Before starting our cross-cultural enterprise with f.a.c.t.s., we thought long about the problems of cultural appropriation and how it is distinct from cultural appreciation. We, at f.a.c.t.s., want to give you confidence in our products and confidence in our business ethics, and we figured it would be most appropriate to simply address this issue right at the start! Because this will be a fairly long topic (we want to make sure we are thorough in our explanations), we will have to break it down into a few parts. Today, we will focus on introducing the topic. Please, feel free to join in on the conversation! Ask us any questions that you have. We will be happy to answer your concerns and address your opinions!
Let us first begin with definitions. What is cultural appropriation, in the first place? Appropriation, at its most basic level, has to do with the borrowing of traditions, symbols, or other artifacts, from cultures other than our own. It doesn’t really seem so bad, at first, considering we live in an increasingly globalized world, where cultural assimilation inevitably happens all the time. The tricky part, in our opinion, lies with the motivation for adopting the cultural element (whether it is the South African mbaqanga style of music, or the hijab) and who is doing the borrowing. It definitely changes the meaning when people from a dominant culture start assimilating elements from a subculture (i.e., when a white American might try to pass off wearing a bindi, because it “looks exotic”) when they are ignorant of the significance of those cultural elements, and even more so when they do not have respect for the people (they see the culture as an object disassociated from the people themselves). When you extract a cultural element without knowing the context behind it, you end up, whether you mean to or not,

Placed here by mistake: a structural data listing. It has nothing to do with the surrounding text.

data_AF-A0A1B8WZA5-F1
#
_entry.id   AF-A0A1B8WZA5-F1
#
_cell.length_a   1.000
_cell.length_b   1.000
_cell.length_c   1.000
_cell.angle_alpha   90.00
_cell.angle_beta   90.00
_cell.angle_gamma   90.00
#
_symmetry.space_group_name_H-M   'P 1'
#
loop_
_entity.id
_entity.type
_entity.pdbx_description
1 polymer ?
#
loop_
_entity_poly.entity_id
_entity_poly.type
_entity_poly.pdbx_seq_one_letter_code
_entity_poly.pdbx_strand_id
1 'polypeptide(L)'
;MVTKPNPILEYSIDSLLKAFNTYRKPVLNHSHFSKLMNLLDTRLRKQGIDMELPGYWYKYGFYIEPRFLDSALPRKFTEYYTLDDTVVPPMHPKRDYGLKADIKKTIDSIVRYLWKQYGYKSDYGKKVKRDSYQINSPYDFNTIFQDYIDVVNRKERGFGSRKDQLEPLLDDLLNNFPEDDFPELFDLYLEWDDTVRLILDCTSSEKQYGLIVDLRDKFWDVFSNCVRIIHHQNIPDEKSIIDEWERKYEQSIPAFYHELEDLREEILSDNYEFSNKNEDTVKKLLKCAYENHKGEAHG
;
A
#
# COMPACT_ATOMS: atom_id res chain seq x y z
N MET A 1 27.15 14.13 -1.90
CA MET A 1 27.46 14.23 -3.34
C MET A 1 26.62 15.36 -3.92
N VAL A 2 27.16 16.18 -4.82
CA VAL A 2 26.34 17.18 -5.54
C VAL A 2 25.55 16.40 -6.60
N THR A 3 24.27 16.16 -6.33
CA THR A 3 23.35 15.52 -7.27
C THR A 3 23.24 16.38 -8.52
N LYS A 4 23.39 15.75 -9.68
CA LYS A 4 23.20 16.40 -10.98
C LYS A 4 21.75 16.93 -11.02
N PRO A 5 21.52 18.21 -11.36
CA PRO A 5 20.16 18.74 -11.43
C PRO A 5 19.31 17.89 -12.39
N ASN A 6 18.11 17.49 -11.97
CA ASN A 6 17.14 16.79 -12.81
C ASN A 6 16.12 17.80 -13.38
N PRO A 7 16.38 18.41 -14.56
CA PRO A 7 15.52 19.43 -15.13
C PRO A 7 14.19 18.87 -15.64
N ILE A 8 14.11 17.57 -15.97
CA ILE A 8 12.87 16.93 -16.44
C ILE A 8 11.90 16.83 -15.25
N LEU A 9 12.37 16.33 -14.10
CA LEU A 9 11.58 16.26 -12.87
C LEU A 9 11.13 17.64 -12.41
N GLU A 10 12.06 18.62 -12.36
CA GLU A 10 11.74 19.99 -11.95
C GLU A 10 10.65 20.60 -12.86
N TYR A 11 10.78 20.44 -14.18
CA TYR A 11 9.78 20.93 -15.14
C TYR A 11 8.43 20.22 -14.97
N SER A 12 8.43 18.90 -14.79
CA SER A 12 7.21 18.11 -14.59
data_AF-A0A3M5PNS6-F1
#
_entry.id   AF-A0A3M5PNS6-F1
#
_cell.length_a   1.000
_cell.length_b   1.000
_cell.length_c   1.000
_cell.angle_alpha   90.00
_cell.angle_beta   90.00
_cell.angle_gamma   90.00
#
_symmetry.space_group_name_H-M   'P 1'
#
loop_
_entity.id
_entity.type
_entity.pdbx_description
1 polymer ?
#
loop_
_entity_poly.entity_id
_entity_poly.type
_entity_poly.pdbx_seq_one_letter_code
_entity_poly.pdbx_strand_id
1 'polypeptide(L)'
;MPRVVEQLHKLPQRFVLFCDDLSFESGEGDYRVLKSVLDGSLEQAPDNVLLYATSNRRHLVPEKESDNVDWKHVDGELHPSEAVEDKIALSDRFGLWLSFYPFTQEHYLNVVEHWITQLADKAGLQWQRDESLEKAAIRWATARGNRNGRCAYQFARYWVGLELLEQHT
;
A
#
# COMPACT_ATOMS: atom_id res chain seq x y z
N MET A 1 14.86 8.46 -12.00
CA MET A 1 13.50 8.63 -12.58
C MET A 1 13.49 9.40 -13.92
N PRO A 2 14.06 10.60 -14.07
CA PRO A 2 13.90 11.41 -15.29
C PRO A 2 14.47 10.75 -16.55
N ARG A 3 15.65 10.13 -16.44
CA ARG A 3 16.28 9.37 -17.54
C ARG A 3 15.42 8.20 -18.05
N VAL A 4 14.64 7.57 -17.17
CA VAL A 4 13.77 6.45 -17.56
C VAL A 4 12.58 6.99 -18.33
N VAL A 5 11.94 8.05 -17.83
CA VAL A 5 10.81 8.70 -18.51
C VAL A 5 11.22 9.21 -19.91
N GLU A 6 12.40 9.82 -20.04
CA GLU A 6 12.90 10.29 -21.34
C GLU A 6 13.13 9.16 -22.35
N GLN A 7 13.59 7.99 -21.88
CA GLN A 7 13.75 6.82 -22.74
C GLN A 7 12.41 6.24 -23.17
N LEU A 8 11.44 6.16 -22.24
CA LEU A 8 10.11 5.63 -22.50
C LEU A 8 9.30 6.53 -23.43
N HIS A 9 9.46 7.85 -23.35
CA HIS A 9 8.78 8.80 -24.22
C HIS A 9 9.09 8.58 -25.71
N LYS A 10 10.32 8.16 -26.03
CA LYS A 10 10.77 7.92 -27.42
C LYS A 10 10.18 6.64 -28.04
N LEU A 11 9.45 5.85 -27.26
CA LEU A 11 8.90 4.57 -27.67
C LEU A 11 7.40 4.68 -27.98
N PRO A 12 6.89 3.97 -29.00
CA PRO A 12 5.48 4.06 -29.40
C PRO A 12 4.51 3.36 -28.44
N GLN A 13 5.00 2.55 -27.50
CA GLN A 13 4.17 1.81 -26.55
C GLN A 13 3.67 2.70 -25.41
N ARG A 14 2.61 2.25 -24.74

- contributing to often offensive generalizations about the cultural group,
- invalidating how very diverse a culture really is,
- ignoring the history of oppression that is probably present, thus reinforcing the oppression, and
- often misrepresenting or distorting traditions that, for all you know, could even be sacred to the group, and
- in some cases, you might actually be cheating others out of money that should be going to them.
These 5 negatives of cultural appropriation make it a harmful and irresponsible thing to do. Another more familiar word for these 5 negatives happens to be called “exploitation.” In the West, we have a long history of exploiting other cultures and marching through life with a very self-important and either unaware or (often) indifferent attitude that the world and everything in it is ours for the taking, but not the taking care of…
So, how do we account for these 5 negatives of cultural appropriation in a world that is becoming smaller and smaller? Is there a way to show appreciation of a culture without stepping on sensitive toes and reinforcing bad caricatures and negative stereotypes? Find out answers to these questions and how f.a.c.t.s. is doing things differently in our next couple of posts!